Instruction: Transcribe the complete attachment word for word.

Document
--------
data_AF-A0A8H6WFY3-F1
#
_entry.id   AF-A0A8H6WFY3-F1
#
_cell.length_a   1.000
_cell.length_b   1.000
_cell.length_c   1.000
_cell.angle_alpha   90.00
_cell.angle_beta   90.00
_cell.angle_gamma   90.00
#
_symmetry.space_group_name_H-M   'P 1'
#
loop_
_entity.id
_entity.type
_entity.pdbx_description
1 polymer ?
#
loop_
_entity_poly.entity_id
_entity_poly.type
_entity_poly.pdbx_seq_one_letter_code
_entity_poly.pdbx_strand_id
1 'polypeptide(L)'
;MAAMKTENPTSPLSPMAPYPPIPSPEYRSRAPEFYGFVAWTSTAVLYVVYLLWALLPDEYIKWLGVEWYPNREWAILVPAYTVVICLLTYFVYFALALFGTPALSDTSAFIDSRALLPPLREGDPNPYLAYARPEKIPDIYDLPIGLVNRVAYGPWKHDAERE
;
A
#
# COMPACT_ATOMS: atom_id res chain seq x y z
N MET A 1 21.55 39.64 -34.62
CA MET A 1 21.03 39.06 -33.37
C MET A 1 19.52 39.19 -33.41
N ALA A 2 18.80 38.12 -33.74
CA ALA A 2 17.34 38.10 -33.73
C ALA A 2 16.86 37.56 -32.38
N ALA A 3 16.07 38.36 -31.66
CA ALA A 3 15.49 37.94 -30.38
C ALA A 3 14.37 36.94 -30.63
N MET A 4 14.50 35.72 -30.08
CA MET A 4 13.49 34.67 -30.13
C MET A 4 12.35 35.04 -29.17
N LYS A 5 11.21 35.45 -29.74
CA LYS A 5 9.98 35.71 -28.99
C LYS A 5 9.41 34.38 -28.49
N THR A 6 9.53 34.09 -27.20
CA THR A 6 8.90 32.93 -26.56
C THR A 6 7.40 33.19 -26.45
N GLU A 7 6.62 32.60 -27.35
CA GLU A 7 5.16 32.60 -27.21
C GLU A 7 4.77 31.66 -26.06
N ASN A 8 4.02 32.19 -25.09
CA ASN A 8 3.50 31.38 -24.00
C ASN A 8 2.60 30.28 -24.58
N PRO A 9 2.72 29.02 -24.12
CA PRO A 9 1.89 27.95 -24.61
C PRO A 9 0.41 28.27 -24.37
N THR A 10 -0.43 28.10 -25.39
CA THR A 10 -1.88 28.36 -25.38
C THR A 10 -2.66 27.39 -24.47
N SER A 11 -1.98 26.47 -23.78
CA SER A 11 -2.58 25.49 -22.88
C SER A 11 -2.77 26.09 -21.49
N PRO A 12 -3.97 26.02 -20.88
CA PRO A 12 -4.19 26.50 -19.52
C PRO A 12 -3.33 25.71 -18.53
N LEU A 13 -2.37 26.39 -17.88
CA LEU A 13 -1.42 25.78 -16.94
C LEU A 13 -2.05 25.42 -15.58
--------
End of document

data_AF-A0A8H6WFY3-F1
#
_entry.id   AF-A0A8H6WFY3-F1
#
_cell.length_a   1.000
_cell.length_b   1.000
_cell.length_c   1.000
_cell.angle_alpha   90.00
_cell.angle_beta   90.00
_cell.angle_gamma   90.00
#
_symmetry.space_group_name_H-M   'P 1'
#
loop_
_entity.id
_entity.type
_entity.pdbx_description
1 polymer ?
#
loop_
_entity_poly.entity_id
_entity_poly.type
_entity_poly.pdbx_seq_one_letter_code
_entity_poly.pdbx_strand_id
1 'polypeptide(L)'
;MAAMKTENPTSPLSPMAPYPPIPSPEYRSRAPEFYGFVAWTSTAVLYVVYLLWALLPDEYIKWLGVEWYPNREWAILVPAYTVVICLLTYFVYFALALFGTPALSDTSAFIDSRALLPPLREGDPNPYLAYARPEKIPDIYDLPIGLVNRVAYGPWKHDAERE
;
A
#
# COMPACT_ATOMS: atom_id res chain seq x y z
N MET A 1 21.55 39.64 -34.62
CA MET A 1 21.03 39.06 -33.37
C MET A 1 19.52 39.19 -33.41
N ALA A 2 18.80 38.12 -33.74
CA ALA A 2 17.34 38.10 -33.73
C ALA A 2 16.86 37.56 -32.38
N ALA A 3 16.07 38.36 -31.66
CA ALA A 3 15.49 37.94 -30.38
C ALA A 3 14.37 36.94 -30.63
N MET A 4 14.50 35.72 -30.08
CA MET A 4 13.49 34.67 -30.13
C MET A 4 12.35 35.04 -29.17
N LYS A 5 11.21 35.45 -29.74
CA LYS A 5 9.98 35.71 -28.99
C LYS A 5 9.41 34.38 -28.49
N THR A 6 9.53 34.09 -27.20
CA THR A 6 8.90 32.93 -26.56
C THR A 6 7.40 33.19 -26.45
N GLU A 7 6.62 32.60 -27.35
CA GLU A 7 5.16 32.60 -27.21
C GLU A 7 4.77 31.66 -26.06
N ASN A 8 4.02 32.19 -25.09
CA ASN A 8 3.50 31.38 -24.00
C ASN A 8 2.60 30.28 -24.58
N PRO A 9 2.72 29.02 -24.12
CA PRO A 9 1.89 27.95 -24.61
C PRO A 9 0.41 28.27 -24.37
N THR A 10 -0.43 28.10 -25.39
CA THR A 10 -1.88 28.36 -25.38
C THR A 10 -2.66 27.39 -24.47
N SER A 11 -1.98 26.47 -23.78
CA SER A 11 -2.58 25.49 -22.88
C SER A 11 -2.77 26.09 -21.49
N PRO A 12 -3.97 26.02 -20.88
CA PRO A 12 -4.19 26.50 -19.52
C PRO A 12 -3.33 25.71 -18.53
N LEU A 13 -2.37 26.39 -17.88
CA LEU A 13 -1.42 25.78 -16.94
C LEU A 13 -2.05 25.42 -15.58